I think you should cup the coffee. Maybe try it at two grind settings; a finer and a coarser one, since sometimes darker roasts perform poorly at fine grind settings; they can taste pretty bad. I appreciate your diligence in exploring all of the extraction variables and really giving this coffee a chance to shine, but if it has a rough finish/grainy flavours/burnt rubber/browning notes/flat acidity, it may well be a roast issue; it sounds objectively baked. Perhaps when you cup it you could see if there are any toast type aromas (maybe that's the browning/grainy?) and see if you could describe the acidity by reference to other coffees. Catuai doesn't tend to be super high acidity, I don't think.

If you like Manhattan, Nomad and TPC, it may well be that this roaster is just not for you, and that's fine; if it were me and I had your experience, I'd probably just put the roaster on my personal blacklist and move on. There's an interesting question, really unnecessary to go into, as to whether the vast majority of "medium roast" coffees are usually baked. Of course, everyone that likes medium roasts and dislikes light roasts rails against this, and I think this is part of the difficulty in getting honest roast level descriptions out to people. But I usually get a bit of bitterness, astringency and generic toast or "coffee that tastes like coffee" type instant coffee flavours from roasts that try to be "jack of all trades" roasts, and most of the time for any roast that is recommended for espresso. People can bury their heads in the sand about this if they want; it's not helping anyone. Conversely, it'd be equally naive to suggest that Manhattan, Nomad and TPC are for everyone and are not very high acid roasts. What is much more helpful for consumers is if we can have a sensible discussion about where a coffee sits on the continuum from light, acidic and aromatic, to less acidic and baked (being a different consideration from roast colour) so that people can pick the bunch of compromises that suits them best with their eyes open, rather than relying on some roaster or reviewer's assertion or implication that a coffee is free of all negative attributes.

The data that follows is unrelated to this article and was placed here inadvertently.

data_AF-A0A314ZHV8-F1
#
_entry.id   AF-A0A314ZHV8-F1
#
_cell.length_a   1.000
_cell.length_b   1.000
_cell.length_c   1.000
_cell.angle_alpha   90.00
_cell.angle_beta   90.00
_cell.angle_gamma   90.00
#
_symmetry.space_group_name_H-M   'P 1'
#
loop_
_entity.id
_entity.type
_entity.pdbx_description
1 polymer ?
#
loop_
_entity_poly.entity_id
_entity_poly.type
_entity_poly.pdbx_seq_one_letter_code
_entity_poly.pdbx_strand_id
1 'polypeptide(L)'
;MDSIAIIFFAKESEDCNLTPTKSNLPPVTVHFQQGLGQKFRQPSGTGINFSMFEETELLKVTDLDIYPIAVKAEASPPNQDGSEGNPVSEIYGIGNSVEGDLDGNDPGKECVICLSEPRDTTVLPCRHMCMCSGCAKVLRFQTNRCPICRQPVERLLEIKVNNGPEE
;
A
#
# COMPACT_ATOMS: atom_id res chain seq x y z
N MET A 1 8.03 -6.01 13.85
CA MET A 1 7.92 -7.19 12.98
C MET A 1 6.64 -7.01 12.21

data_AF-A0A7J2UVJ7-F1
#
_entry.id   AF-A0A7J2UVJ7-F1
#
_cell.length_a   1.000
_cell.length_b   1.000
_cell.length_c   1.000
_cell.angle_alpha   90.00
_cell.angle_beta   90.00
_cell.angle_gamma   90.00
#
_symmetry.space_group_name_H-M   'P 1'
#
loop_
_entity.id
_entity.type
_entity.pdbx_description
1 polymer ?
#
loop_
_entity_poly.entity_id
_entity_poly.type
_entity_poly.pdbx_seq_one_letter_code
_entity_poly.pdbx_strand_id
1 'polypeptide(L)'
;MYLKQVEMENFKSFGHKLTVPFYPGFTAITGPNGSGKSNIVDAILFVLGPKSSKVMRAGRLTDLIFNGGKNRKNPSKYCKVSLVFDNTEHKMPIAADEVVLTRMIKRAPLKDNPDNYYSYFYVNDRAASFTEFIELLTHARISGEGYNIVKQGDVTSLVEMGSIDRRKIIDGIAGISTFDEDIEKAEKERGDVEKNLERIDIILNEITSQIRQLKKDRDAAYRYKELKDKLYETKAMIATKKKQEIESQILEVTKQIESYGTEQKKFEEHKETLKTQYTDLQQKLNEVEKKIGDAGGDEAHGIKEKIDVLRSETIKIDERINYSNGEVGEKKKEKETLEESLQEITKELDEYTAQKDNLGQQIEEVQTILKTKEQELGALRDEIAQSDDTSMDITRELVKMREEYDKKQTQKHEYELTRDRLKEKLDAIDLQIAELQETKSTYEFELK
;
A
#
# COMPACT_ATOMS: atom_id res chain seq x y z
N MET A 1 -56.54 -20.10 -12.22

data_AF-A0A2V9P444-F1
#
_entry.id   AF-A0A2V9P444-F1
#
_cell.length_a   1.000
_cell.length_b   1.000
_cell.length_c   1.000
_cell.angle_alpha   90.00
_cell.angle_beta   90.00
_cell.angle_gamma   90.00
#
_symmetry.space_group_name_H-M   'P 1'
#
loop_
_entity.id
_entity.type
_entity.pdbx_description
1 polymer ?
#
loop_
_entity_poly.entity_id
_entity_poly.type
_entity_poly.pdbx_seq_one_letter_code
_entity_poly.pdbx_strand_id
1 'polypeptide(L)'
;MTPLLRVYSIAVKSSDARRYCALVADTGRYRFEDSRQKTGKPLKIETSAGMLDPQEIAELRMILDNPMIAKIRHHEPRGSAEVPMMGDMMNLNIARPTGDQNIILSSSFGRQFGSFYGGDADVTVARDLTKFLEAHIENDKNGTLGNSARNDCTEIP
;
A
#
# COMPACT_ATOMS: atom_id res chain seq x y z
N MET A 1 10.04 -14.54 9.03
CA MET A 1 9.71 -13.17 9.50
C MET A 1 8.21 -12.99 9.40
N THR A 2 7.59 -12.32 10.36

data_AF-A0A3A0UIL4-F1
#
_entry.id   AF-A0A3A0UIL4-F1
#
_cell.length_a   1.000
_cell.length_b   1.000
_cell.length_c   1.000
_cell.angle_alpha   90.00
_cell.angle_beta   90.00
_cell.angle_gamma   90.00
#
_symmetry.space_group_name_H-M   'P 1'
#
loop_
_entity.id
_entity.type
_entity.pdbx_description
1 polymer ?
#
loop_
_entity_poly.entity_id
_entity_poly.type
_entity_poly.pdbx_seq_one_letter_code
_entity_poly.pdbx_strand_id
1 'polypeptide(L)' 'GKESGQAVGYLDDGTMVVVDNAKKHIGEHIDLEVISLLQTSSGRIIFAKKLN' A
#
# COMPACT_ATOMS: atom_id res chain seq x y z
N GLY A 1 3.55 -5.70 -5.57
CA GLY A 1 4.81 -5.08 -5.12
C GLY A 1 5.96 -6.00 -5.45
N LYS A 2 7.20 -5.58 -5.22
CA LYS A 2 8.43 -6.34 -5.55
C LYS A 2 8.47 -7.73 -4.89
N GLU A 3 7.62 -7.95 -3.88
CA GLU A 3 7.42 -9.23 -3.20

As a final thought that I've said before ...

Coffee roasters are like wives, not like pokemon. You don't need to constantly be seeking out new ones. As long as you have four or five that are good, you'll be pretty happy.

Anyway, that's just some thoughts from me; hope it helps.
LMWDP #034 | 2011: Q Exam, WBrC #3, Aus Cup Tasting #1 | Insta: @lucacoffeenotes

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#10: Post by CarefreeBuzzBuzz »

Coffee roasters are like wives, not like pokemon. You don't need to constantly be seeking out new ones. As long as you have four or five that are good, you'll be pretty happy.
Wait what? Are any of your four or five wives on your blacklist?

As to the OP, naturals and washed, are like college roommates, sometimes they get along and other times they don't.

In this case, you have two different processes so two different outcomes.